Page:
Coventry: Once a 'Ghost Town', soon to be UK City of Culture
Stalingrad's erstwhile twin will take the reins from Hull in 2021
Coventry – the city that was flattened by the Luftwaffe and later inspired The Specials' urban decay anthem "Ghost Town" – has been named the UK City of Culture 2021.
The West Midlands metropolis beat Paisley, Stoke-on-Trent, Swansea and Sunderland to gain the four-year title, currently held by Hull and before that by Londonderry.
Snobs who turn their noses up at anywhere outside the M25 might be surprised to learn the the city has an illustrious history – beyond Lady Godiva's naked protest.
According to The Coventry Telegraph, Monty Python's first ever live performance was at the Belgrade Theatre in 1971, Paul McCartney was stopped for speeding on Fletchamstead Highway in 1968, and up until the 1860s, it was a hub for the ribbon-weaving industry.
Coventry also has a number of tech and engineering alumni. The inventor of the turbojet engine, Frank Whittle, hailed from the area, as does cyborg scientist Kevin Warwick. John Kemp Starley, father of the modern bicycle, founded the Rover Company in Coventry in 1883.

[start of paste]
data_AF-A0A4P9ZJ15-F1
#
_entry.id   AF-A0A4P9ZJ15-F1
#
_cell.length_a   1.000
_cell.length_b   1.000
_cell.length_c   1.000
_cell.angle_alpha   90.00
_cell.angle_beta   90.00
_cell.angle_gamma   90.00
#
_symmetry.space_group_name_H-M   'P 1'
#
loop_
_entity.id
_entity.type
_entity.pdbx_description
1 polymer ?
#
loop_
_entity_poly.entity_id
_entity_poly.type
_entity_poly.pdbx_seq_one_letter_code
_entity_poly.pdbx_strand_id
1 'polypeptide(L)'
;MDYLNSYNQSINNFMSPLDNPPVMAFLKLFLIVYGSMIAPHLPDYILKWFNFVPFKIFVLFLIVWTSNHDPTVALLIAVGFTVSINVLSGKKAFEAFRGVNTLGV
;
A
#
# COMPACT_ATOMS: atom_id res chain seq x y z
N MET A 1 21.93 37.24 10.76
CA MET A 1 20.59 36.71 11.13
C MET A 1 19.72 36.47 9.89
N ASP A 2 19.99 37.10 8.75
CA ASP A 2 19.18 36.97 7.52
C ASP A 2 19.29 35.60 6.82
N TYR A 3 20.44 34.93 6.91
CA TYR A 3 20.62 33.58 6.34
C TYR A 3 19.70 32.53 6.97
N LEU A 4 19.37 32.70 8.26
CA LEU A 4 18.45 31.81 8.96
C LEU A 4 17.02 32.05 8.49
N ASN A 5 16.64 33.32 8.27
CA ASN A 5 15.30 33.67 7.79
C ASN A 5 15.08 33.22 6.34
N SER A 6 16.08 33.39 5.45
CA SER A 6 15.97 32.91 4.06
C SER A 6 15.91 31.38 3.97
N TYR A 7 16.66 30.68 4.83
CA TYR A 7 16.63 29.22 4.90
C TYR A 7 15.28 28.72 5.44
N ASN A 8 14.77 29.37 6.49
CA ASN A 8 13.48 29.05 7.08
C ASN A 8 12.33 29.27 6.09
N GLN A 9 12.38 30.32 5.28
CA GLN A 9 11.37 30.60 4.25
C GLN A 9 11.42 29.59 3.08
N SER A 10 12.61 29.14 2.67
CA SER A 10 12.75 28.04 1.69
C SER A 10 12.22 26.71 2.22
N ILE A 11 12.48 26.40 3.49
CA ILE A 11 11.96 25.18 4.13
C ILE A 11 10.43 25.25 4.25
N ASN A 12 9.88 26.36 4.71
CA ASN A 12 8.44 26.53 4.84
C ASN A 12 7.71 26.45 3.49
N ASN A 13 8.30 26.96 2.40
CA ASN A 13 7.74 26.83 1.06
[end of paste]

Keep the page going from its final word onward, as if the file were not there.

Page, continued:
The city's name entered the German language when Joseph Goebbels used the term "coventriert", meaning razed to the ground.
Coventry and Stalingrad, now Volgograd, were the world's first "twin" cities when they established a twinning relationship during the Second World War. It was subsequently twinned with Dresden, another famously bombed city.
It comes after the EU cancelled the UK's previously agreed turn to have a European City of Culture in 2023, writing off bids from Belfast/Derry, Dundee, Leeds, Milton Keynes and Nottingham. ®
Sponsored: Becoming a Pragmatic Security Leader